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Asian Tribune is published by E-LANKA MEDIA(PVT)Ltd. Vol. 20 No. 109

US Indifferent To anti-Musharraf struggle

By Chandramohan - Syndicate Features

Before he first became president of the United States about six years ago George W. Bush was little known for his interest in foreign policy issues. So, perhaps it is hardly surprising that his pursuit of American relations with the outside world has been a disaster for the country. He has few friends in Latin America, his European allies are suspicious of him and he is the most hated figure in the entire Muslim world, from Indonesia to Morocco, for his ill-advised misadventure in Iraq and half-hearted approach to problems that followed the exit of the medieval Taliban regime in Afghanistan brought about by US bombardment.

A somewhat similar lackadaisical approach to Pakistan has led to what looks like yet another extended period of unrest and uncertainty close to India’s western borders—a cause for anxiety in India and further mistrust of the US among ordinary Pakistanis. Many believe that if the fast spreading struggle by the civil society in Pakistan following moves to remove the Supreme Court chief justice, Iftikar Chaudhary, has to end in a change at the top it can come only with the approval of the White House. And the more visible signal from the US president’s office is that General Pervez Musharraf should be given another ‘extension’ even though the longer he stays as head of state the more severe the assaults on democracy and democratic institutions are going to be in the benighted country.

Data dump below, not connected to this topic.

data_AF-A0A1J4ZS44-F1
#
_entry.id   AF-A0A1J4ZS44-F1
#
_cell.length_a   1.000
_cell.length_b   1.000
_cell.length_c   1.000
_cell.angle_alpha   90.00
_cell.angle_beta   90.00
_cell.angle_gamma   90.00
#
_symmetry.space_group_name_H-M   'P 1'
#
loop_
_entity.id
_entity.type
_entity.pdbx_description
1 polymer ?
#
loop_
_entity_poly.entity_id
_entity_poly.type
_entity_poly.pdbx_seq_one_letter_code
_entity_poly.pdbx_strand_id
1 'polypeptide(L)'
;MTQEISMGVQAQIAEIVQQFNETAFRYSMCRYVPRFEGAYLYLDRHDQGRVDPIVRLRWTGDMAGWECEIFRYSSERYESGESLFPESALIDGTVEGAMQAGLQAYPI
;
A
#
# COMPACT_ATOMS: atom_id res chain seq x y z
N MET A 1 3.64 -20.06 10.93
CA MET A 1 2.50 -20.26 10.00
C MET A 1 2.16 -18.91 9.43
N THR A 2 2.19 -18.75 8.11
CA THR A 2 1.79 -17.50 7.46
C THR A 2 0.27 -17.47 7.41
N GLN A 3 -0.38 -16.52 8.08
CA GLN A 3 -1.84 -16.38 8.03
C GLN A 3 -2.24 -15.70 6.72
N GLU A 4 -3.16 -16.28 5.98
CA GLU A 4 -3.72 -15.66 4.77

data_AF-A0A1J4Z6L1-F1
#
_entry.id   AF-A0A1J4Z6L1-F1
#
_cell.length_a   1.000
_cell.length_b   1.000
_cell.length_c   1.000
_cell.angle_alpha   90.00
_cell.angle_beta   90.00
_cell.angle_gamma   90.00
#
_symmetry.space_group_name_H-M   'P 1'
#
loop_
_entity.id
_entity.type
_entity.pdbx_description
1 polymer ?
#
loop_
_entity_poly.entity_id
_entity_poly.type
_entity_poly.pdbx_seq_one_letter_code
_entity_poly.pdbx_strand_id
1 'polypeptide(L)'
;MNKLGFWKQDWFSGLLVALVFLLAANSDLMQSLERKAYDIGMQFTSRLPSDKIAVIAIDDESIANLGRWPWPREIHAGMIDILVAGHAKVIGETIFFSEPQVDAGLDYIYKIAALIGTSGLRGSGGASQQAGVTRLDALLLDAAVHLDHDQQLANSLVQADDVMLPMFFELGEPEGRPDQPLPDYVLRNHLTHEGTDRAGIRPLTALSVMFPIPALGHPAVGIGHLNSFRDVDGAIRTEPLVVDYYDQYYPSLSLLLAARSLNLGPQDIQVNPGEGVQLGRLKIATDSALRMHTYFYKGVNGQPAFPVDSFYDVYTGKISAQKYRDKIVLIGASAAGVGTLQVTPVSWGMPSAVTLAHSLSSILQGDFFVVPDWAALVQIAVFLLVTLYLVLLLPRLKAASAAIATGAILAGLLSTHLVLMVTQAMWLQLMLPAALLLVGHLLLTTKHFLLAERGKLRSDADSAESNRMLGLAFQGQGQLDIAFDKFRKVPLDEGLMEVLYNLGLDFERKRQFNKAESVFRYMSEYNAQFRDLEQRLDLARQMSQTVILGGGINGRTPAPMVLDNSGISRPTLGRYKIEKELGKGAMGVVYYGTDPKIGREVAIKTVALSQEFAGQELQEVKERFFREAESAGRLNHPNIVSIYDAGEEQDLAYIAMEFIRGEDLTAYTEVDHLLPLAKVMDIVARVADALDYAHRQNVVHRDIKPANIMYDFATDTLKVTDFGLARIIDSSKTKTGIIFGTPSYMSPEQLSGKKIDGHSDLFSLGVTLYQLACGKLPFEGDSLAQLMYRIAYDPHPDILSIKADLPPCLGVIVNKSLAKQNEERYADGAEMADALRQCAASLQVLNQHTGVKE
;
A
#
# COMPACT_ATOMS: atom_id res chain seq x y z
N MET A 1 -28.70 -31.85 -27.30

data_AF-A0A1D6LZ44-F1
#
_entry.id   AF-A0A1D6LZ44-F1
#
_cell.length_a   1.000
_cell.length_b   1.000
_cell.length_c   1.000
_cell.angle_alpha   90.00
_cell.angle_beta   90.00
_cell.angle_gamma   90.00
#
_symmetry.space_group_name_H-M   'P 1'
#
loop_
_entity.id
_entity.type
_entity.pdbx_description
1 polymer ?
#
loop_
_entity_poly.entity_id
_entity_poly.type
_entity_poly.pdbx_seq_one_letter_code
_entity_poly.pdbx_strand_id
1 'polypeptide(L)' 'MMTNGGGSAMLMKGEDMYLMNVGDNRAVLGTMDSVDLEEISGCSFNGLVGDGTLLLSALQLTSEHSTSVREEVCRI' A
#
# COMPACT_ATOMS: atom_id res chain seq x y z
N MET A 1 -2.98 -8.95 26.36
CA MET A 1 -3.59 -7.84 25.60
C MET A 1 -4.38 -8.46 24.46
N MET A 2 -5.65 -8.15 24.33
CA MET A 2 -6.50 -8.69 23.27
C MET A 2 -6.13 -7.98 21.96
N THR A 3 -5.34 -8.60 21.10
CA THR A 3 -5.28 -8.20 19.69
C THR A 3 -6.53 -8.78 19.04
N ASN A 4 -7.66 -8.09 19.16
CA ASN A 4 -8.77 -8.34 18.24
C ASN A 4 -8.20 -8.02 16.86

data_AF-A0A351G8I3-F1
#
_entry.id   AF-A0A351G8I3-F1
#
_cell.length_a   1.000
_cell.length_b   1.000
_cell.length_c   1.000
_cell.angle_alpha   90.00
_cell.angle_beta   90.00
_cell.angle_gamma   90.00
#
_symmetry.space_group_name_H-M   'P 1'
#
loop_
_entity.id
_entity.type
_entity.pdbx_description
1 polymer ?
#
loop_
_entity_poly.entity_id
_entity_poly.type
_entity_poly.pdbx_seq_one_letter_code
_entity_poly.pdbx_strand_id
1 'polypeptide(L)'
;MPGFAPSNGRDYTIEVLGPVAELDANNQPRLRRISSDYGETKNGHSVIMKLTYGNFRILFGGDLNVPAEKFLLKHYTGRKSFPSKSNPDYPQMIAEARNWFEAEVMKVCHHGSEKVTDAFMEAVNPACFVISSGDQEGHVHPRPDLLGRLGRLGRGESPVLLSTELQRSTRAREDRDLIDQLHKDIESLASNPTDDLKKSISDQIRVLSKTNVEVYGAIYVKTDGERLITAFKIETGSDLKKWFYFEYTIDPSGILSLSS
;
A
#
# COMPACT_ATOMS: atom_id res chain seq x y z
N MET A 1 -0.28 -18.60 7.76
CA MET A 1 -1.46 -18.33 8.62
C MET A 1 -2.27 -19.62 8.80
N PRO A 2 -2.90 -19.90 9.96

Bush may no longer believe that Musharraf is sincere in fighting the so-called war on terror but he would not let go of him. Inputs from the US and NATO field commanders, the intelligence community and strategic analysts suggest that Musharraf has been leading Bush up the garden path. Yet, he continues to believe that Musharraf’s departure will pave the way for immediate Taliban take over of Pakistan and transfer of its nuclear arms to ‘rogue’ elements in and out of the country. Hence, Pakistan cannot have a larger dose of democracy than the one prescribed by its military ruler.

What American President is unwilling to see is that the process of Talibanisation of Pakistan began quite some time ago, well and truly under Musharraf’s patronage and today Pakistan is overwhelmingly anti-American even after all the praise he has constantly showered on Musharraf and all the gifts in cash and kind that he has given him in the last six years. Pakistan’s western borders are now considered the save haven for terrorists of both the Al Qaeda and Taliban varieties—the latter for use in territories nearer Pakistan, in Afghanistan and India. With the possible exception of Bush himself, everyone in the US believes that if the fugitive Al Qaeda and Taliban leaders are hiding anywhere it is most likely to be in a territory controlled by Pakistan.

The Taliban influence in not only the tribal belt on Afghan borders but also Balochistan and North West Frontier Province has spread to alarming levels. The rest of the country is still far from embracing ‘enlightened moderation’. Even Bush agrees in public that post-Taliban, Afghanistan may be facing the largest ever Taliban offensive in the next few weeks, so well prepared and equipped has this Pak-based terrorist force become thanks to the congenial atmosphere in Musharraf land.